The NSDP commenced delivery in May 2003, and has grown to the point where it now delivers products on behalf of some of Australia’s major publishers. A special thank you to ACP Publishing, Wealth Creator, Harlequin Mills & Boon, Inside Film, Mayne Publishing and Thorpe Bowker who have made an active and valuable contribution in supporting the program. New business will be attracted through the ongoing success of the NSDP.

Source: Network release

That is as far as anything from reality, especially in NSW. The network subscription system through newsagents has whole slabs of Sydney and other major cities where newsagents DO NOT want the business, forcing network to use Australia Post or third party contractors to try and do the job.

The way the problems are being reported from newsagents, the home delivery service of subscriptions through newsagents is hardly a success.

Many newsagents are receiving other agent’s subscriptions, or none at all.

This is on top of retail deliveries, especially on Monday which are proving to be short copies of major selling magazines, or none at all.

Mondays has become an especially problematic day for ACP, Gordon and Gotch, First Fleet, Network and Pacific Publications (not to mention all the third party magazines distributed by both companies, especially Network and ACP.

Woman’s Day, New Idea, NW, TV Week, are among the big sellers distributed that day, plus a host of smaller magazines (actually its Sunday). Close to two million magazines have to be distributed that day, across Australia, with the majority of those in the two biggest markets, NSW and Victoria.

Distribution of ACP magazines is further complicated once a month, on the last Wednesday, when around a million copies of The Australian Women’s Weekly are for distribution. This adds pressure to the already strained system in Victoria and NSW and has led to arguments at Park Street between AWW editors and managers and Network people about hold ups and slow sales.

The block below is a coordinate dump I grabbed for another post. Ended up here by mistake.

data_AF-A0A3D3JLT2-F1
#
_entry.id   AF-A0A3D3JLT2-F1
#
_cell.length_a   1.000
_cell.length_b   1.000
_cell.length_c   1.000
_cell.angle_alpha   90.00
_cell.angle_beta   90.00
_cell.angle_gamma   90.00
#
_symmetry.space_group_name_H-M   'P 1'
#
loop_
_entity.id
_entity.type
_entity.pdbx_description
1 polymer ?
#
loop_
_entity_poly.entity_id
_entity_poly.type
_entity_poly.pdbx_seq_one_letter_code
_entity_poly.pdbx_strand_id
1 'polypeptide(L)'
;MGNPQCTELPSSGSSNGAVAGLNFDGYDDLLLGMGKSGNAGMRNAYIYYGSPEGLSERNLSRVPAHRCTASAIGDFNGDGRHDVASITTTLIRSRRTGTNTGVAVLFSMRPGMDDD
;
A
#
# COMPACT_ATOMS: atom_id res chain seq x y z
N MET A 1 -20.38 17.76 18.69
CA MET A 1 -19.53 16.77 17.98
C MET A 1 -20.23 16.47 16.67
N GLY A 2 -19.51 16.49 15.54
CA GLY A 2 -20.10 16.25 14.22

Sources in First Fleet say the person who won the contract has gone on stress leave and is no longer working full time and the remaining managers are grappling with the problem. The company is losing tens of thousands of dollars a week on the contract and the new German-made packaging machine is still having teething problems and has been having those since being installed in May.

Although some 1st Fleet drivers have complained that the pallets of magazines from network are coming to 1st fleet wrongly mixed up, badly labelled, and shrink-wrapped, meaning greater confusion for re-sorting and distribution (and much higher costs).

Gordon and Gotch have changed managers while the First Fleet manager in charge of the Sydney distribution has moved sideways.

Warehousing, packing, delivery are all experiencing delays, non-delivery or late drops into the system.

And while ACP and Gordon and Gotch are happy with the cost savings, the loss of magazine reliability and sales delays will start eating into circulation and revenues if the problems are not reversed soon.

First fleet has employed a courier company that has already had problems supplying parts of the Network system in Sydney, simply to correct the daily delivery problems. Subscribers of a wide range of magazines from many publishers are complaining about repeated non-delivery of their magazines simply because their magazines have been lost in the system.

Network and Gordon and Gotch seem to be making a very basic error of mixing parcels of magazines of very different sizes into single deliveries, meaning drivers are under pressure to do the sorting on the run, adding to their time and cost, especially when they have little experience the very detailed nature of the magazine delivery system.

The bigger parcels are magazines for retail sales, the smaller ones are the magazines for home delivery.

In truth subscriptions do not give you currency of issue, just a cost saving and a variable delivery time, unless they come through Australia Post.

It is not just a pack, drive and drop system. Magazines have to be put into specific boxes at newsagents for security and quality reasons. On numerous occasions that has not been done, leading to theft and loss through rain damage.

Major outlets like the big retailing chains know their biggest problem is the ‘out of stocks’ on their shelves. It is why they are spending billions to cut logistics costs, improve efficiencies because an out of stock is a lost sale.

The problems with the current magazine delivery systems in NSW and Victoria are beyond their control, but they do not like the ‘out of stocks’ appearing on their magazine racks simply between Network and Gordon Gotch currently oversee a spluttering delivery program.